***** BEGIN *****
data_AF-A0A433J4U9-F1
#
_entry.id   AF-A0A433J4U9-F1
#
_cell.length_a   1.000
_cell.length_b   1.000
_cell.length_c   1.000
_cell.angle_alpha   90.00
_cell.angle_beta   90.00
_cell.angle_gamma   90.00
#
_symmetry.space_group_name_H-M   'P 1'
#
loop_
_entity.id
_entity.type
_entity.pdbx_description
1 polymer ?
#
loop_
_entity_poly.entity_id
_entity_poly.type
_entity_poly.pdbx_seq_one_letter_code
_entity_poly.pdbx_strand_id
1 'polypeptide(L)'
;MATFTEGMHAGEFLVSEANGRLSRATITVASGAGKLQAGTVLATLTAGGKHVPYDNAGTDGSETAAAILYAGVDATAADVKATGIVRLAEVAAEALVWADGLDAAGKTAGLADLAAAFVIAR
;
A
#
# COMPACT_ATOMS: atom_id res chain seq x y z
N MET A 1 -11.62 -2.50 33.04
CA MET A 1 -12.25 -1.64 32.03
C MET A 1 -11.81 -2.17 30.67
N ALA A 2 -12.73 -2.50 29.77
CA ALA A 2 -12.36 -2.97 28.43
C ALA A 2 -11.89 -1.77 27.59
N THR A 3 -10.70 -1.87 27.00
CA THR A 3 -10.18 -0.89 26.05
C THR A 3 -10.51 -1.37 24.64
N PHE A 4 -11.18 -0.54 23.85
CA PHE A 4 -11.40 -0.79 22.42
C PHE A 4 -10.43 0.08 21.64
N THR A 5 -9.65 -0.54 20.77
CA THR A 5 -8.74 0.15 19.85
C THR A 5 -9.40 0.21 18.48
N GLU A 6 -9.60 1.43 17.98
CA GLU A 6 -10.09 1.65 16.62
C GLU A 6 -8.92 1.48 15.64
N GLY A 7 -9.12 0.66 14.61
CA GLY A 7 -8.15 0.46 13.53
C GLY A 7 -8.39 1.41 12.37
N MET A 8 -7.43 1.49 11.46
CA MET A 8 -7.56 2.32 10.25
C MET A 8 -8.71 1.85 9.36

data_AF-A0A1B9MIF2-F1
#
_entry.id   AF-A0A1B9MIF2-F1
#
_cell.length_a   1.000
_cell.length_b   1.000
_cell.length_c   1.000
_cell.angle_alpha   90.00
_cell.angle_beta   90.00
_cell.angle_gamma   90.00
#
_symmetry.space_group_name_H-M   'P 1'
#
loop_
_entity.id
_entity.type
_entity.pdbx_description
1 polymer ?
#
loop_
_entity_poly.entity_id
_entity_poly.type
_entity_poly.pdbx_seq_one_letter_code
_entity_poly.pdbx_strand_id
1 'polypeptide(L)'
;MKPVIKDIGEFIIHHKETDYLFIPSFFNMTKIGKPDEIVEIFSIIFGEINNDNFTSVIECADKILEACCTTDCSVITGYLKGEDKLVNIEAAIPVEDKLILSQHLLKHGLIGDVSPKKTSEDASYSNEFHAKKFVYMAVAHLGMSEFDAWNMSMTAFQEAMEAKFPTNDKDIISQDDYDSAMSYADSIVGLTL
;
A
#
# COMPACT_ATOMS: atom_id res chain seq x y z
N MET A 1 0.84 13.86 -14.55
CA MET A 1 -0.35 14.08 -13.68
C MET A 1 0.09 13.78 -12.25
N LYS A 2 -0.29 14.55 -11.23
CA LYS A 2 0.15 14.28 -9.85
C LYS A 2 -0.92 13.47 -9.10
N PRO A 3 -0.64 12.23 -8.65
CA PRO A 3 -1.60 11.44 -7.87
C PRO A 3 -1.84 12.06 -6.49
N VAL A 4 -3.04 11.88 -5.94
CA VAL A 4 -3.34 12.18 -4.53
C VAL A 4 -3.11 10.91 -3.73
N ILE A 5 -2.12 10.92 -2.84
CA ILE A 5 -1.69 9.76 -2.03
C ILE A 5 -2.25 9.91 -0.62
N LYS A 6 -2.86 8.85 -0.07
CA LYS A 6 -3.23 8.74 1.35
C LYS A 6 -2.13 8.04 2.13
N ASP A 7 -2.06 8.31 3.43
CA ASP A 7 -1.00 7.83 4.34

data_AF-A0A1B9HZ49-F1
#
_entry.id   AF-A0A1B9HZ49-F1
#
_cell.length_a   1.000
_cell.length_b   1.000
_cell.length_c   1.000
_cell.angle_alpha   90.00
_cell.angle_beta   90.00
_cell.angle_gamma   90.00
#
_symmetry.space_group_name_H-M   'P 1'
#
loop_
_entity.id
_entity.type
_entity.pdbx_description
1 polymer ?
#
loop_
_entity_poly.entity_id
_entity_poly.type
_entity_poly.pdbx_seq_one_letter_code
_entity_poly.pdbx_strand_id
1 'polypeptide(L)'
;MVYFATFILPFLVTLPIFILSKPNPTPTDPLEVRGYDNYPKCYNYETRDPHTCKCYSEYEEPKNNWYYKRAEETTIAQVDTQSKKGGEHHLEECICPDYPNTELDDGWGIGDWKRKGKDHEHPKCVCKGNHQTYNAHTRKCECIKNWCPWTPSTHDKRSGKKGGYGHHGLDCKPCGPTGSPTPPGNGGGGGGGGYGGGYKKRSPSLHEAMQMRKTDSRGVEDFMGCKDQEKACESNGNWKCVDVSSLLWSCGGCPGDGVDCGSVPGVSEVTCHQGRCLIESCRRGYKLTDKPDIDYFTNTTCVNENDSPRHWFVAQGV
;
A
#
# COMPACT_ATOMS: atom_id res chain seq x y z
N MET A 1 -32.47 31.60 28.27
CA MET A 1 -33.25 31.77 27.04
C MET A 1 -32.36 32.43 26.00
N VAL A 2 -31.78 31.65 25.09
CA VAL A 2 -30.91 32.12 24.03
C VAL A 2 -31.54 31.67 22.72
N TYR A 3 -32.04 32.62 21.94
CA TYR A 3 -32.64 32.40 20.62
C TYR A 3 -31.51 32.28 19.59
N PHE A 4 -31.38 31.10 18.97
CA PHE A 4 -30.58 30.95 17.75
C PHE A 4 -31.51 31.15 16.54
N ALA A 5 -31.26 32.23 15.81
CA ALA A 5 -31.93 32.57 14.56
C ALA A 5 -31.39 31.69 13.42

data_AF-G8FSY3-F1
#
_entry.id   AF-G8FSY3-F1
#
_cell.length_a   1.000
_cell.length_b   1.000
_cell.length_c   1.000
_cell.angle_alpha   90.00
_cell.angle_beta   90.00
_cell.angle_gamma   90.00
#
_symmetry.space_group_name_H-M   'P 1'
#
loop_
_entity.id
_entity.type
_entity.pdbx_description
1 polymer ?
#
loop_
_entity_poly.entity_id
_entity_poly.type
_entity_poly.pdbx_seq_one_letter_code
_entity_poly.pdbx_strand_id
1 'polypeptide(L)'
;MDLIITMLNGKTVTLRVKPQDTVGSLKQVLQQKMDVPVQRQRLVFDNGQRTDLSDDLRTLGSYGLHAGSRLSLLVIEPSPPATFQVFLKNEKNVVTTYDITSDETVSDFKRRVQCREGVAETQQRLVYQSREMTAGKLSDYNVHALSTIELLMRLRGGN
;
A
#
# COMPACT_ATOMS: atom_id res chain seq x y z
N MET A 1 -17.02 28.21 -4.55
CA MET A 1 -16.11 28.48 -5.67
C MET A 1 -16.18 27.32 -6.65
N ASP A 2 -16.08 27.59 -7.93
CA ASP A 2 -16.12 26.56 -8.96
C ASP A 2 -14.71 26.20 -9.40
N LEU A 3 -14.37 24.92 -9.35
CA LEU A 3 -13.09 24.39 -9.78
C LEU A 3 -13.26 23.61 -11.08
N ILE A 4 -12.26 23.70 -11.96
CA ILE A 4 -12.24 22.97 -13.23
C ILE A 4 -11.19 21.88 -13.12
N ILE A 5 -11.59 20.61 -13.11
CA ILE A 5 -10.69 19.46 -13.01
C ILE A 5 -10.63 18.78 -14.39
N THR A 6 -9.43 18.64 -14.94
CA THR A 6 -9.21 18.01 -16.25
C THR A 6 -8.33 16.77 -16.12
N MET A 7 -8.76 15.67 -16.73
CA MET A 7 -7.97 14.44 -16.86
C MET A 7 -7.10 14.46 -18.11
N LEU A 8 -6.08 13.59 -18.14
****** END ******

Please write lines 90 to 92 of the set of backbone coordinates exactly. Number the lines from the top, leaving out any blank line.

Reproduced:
C LYS A 2 -0.92 13.47 -9.10
N PRO A 3 -0.64 12.23 -8.65
CA PRO A 3 -1.60 11.44 -7.87